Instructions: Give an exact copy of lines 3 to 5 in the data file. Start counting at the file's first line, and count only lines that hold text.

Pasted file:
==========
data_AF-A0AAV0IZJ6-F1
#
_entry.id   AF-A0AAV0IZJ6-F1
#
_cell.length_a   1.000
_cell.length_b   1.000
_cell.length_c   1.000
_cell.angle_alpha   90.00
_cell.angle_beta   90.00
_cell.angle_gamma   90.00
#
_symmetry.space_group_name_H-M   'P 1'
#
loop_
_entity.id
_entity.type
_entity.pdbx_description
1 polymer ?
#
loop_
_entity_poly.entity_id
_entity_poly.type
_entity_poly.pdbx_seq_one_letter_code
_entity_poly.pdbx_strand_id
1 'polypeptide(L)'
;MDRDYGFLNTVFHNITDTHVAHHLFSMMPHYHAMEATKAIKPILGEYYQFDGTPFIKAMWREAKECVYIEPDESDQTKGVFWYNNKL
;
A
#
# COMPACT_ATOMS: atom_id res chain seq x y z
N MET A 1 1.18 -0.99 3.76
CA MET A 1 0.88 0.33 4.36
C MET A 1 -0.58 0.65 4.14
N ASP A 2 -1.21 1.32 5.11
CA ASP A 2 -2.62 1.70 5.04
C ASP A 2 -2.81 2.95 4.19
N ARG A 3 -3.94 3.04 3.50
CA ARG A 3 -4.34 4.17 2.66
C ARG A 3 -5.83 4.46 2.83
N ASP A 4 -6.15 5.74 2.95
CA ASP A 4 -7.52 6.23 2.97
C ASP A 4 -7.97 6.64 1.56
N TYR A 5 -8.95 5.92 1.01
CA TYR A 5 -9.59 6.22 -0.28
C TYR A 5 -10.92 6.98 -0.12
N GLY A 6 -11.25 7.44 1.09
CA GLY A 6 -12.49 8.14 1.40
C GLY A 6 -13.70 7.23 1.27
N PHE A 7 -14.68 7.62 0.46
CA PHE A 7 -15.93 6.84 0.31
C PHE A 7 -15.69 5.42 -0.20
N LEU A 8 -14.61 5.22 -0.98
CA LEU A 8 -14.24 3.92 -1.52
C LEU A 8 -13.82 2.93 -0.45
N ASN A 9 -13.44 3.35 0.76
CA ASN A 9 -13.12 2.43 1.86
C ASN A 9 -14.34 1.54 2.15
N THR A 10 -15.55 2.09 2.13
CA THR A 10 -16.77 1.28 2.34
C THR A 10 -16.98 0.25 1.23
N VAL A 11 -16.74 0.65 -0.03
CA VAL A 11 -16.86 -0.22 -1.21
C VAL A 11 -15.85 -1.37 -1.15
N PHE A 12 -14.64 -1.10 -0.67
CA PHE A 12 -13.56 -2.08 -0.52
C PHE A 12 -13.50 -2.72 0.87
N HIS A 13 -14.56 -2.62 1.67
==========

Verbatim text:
_entry.id   AF-A0AAV0IZJ6-F1
#
_cell.length_a   1.000